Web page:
No question about it, here in the United States, people need our help.

Adults are scared.
Kids are hungry.
Families are hurting. 

So it’s easy—even justifiable—to think we should limit our concern and our resources to the needs right here in the U.S. Some might even argue it’s the spiritual thing to “help the people at home.” So should we help other countries when our own needs help? 

It’s a good question. Logically, it makes sense. Biblically, however, the answer is worth closer consideration.

 

AN URGENT PROBLEM

Right now, at least 36 countries around the world are facing famines of biblical proportion. According to the World Food Programme (WFP), at the end of 2019, 135 million people were living with acute hunger, but with many countries around the world still experiencing quarantine or the effects of quarantine, as many as 265 million are now struggling to find food.

Countries without sufficient infrastructure to handle crises are crumbing under the weight of the global pandemic. Think of the items that have been hard (or harder) for you to get in recent days: toilet paper, milk, diapers. If we’re struggling to get what we need here in the land of plenty, how are people in countries like Haiti—the poorest country in the Americas—expected to get what they need?

Our own Lifesong teammates and ministry partners around the world have told us that hunger will likely kill a lot more people than coronavirus ever will.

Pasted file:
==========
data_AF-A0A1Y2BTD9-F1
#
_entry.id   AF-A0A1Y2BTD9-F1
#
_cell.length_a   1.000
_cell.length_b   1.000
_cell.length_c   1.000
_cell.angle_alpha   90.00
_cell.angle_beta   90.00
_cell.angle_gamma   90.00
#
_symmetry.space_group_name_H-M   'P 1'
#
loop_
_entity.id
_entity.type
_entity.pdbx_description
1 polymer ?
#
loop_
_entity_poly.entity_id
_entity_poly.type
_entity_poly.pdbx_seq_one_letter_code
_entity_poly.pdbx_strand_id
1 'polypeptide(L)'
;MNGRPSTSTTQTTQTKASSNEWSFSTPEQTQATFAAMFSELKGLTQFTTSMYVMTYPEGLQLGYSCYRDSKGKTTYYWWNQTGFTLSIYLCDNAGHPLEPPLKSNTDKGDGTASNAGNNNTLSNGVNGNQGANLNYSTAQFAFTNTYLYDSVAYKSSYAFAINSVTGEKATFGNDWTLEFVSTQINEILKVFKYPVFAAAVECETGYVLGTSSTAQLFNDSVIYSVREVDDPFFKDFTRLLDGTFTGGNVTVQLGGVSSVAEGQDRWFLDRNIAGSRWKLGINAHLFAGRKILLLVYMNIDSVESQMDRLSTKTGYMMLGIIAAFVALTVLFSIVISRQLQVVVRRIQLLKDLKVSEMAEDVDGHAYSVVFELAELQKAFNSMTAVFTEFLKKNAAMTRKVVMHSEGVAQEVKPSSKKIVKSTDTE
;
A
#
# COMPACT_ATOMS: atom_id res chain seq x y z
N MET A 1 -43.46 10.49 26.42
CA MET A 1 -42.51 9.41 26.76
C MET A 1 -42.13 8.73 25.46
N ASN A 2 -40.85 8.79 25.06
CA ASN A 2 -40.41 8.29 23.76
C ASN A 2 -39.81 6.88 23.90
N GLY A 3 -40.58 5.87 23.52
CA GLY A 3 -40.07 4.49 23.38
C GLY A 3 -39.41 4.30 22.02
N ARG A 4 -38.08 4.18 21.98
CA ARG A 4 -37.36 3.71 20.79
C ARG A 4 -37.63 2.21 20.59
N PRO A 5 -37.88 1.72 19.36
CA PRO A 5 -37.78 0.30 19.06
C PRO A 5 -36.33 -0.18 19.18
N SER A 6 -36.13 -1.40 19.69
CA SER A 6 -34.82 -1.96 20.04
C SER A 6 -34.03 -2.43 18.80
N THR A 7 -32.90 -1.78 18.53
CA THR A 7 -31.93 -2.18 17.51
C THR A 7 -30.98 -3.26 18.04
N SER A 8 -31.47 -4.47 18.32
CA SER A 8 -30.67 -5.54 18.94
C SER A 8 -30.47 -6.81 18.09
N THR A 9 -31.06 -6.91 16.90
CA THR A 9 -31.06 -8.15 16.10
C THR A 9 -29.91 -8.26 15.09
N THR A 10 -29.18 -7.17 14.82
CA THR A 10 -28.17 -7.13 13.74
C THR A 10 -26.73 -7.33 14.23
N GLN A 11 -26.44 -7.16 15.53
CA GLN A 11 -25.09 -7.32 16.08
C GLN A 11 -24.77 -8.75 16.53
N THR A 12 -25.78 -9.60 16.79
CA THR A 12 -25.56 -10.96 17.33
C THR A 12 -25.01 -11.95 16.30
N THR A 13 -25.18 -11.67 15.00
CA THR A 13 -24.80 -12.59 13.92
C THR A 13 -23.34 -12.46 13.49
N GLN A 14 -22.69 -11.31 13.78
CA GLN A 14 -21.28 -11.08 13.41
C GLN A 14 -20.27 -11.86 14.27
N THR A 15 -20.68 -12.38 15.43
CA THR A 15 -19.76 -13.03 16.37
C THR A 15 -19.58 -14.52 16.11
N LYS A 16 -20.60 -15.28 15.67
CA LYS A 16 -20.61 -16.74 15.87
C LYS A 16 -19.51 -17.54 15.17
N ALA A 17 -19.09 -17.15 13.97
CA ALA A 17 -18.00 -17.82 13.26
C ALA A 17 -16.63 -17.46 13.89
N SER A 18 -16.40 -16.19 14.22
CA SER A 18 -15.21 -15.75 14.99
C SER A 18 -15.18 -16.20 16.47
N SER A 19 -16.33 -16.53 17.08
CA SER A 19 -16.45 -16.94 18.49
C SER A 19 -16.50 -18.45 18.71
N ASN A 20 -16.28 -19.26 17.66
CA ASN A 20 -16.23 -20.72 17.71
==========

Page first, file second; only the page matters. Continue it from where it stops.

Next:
Our team in Ukraine continues to faithfully visit kids and families who need support.

 

A CHRISTLIKE SOLUTION

When we trusted Christ for salvation, we accepted a citizenship far bigger than anything national—we became part of the family of God.

While we love our country and what God has provided, we are Christian citizens—always in that order—meaning our first and highest obligation is to God and what He cares about.

And what does God care about?

David Platt recently answered the question this way:

Our God loves the world, and we want our hearts to be a reflection of His heart. So yes, we focus on love for each other. Yes, we focus on love for our city. And yes, we focus on love for the world.

We should care about things here at home, but we don’t just care about the needs at home. We should focus on the needs of the nations. And right now, orphans and vulnerable children around the world have big needs. They need our help.

Even as the worst parts of this pandemic lessen here in the U.S., vulnerable children and families around the world will continue to suffer the aftershocks for weeks, months, and even years.

The effects of this pandemic are far from over for those who need our help the most.

 

A SIMPLE ANSWER

So why do we help people around the world when we need help here at home?

We can try to answer this question using flawless logic and airtight arguments, but in the end, it boils down to simply knowing and mirroring the heart of God. We love the world because God loves the world, and so we join God where He is already working.

And since we know without a shadow of a doubt that God’s heart is for all people, we can be confident that He will see our efforts and be pleased to multiply them.

Thank you for being an advocate for kids in need.

 


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